Compassion - 'Empathy with Action'

We often talk about Claremont College as being a compassionate community… a community that cares for others and shows qualities of kindness, empathy and thoughtfulness toward others. But is that what compassion really encompasses? 

‘Compassion alludes to kindness and sympathy, but there is something deeper, even more profoundly powerful, in its meaning. In Latin, ‘compati’ means ‘suffer with’. Compassion means someone else’s heartbreak becomes your heartbreak. Another’s suffering becomes your suffering. True compassion changes the way we live.’ (Compassion, Releasing Children from Poverty in Jesus’ Name).

At Claremont College we believe that compassion helps us to connect with others, sustain relationships and move forward. It fosters emotional intelligence and wellbeing. ‘Compassion takes empathy one step further because it harbours a desire for all people to be free from suffering, and it’s imbued with a desire to help’ (Mindful, Healthy Mind, Healthy Life).

So how does this look at Claremont College? This approach impacts the way in which we explicitly teach our students about positive behaviours, how we interact with our students when they find learning difficult, and how we respond if they find their relationships with others challenging. We don’t abandon our students, or simply do things for our students, or issue punitive punishments. Research teaches us that these approaches do not help students attain behaviour change or assist with moral development. Instead, we guide, support and counsel our students. At times there is a misconception that compassion means turning a ‘blind eye’ or being ‘too soft’ when responding to challenges. This is definitely not the way we view our response. Difficult issues need to be addressed. Our staff focus on working out a child’s unsolved problem alongside the child, understanding the ‘why’ behind the problem, and then collaboratively making an action plan on how to move forward toward positively solving that problem. The child may be in ‘the pit’, whether it be in regards to overcoming a learning challenge, changing their mindset, or changing their social behaviour - it is definitely not avoiding the problem. Compassion is empathy with action, for a better future.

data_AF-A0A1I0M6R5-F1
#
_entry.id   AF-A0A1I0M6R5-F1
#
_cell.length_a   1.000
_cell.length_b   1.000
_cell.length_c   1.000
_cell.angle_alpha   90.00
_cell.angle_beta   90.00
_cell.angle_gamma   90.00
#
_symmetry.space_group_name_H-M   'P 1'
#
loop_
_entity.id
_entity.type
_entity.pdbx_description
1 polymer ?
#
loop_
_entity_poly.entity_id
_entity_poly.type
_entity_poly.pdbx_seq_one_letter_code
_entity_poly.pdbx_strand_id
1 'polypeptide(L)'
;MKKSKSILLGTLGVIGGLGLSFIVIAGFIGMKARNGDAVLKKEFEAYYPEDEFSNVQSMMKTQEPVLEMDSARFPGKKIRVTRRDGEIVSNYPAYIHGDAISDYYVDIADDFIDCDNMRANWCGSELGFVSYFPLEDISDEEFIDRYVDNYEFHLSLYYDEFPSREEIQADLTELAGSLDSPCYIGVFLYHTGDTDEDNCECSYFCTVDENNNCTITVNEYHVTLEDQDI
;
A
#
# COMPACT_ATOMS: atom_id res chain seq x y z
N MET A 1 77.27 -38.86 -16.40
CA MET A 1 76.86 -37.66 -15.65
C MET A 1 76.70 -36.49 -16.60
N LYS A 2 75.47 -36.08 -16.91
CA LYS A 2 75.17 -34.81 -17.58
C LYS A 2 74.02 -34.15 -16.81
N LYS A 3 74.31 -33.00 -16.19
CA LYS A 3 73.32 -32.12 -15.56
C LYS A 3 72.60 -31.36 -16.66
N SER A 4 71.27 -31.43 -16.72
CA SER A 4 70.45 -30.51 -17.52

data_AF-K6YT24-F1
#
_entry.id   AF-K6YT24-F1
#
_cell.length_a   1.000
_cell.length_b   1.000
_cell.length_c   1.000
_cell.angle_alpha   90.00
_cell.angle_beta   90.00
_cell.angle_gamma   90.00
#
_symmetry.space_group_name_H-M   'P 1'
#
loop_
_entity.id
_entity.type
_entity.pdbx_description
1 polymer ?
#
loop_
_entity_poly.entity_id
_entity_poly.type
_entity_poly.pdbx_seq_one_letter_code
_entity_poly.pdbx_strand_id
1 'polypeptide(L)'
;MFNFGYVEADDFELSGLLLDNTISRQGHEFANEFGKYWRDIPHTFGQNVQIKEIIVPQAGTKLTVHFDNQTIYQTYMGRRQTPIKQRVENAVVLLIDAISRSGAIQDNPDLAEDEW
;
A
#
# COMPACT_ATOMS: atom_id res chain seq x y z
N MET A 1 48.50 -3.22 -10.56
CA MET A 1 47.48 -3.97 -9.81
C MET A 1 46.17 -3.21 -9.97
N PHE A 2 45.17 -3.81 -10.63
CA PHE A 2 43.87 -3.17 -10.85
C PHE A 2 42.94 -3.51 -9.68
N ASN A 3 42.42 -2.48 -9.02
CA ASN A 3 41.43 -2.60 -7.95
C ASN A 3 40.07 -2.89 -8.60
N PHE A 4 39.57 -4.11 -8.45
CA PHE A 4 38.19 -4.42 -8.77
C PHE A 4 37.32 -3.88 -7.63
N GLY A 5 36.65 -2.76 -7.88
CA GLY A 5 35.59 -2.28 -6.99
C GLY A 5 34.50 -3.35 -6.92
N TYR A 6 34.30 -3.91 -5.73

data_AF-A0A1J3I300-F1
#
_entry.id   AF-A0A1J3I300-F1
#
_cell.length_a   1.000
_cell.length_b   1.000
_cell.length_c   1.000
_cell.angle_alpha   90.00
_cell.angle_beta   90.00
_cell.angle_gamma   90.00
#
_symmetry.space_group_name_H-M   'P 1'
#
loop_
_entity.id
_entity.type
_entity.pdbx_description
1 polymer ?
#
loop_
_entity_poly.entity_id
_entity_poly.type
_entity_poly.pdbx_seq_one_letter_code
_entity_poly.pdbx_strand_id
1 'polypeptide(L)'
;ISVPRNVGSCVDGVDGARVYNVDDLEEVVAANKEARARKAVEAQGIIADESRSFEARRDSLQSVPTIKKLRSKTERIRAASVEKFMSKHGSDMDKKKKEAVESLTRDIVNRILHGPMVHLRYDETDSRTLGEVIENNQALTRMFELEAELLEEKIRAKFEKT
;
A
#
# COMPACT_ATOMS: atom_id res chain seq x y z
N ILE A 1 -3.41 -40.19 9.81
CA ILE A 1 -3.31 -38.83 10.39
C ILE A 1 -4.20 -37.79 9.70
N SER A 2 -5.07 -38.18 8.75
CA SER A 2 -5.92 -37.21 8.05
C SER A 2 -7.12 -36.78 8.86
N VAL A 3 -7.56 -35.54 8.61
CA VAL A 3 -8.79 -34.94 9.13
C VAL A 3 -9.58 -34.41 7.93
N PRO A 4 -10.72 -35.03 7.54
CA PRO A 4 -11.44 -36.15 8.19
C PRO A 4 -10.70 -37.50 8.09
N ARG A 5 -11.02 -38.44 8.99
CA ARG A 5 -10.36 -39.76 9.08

Compassion is not only for our students. It’s for us adults too - the way parents relate to other parents, parents with staff, staff with staff, and also the way in which we treat ourselves. Dr Kristin Neff believes that to be more compassionate towards others and to judge others less harshly, we need to be more self-compassionate. To be self-compassionate involves treating yourself the way you would treat a friend who is having a tough life challenge. I believe many of us confuse self-compassion with selfishness. What I have come to learn is that self-compassion, or rather, perhaps said another way, inner compassion, can provide us and others a path to wellbeing.

In the coming weeks, I would love to share some stories of people in our school community who have shown inner or outer compassion. I hope you and your child feel encouraged and inspired by these stories. 

“We must learn to regard people less in the light of what they do or omit to do, and more in the light of what they suffer.” — Dietrich Bonhoeffer

Larissa Cameron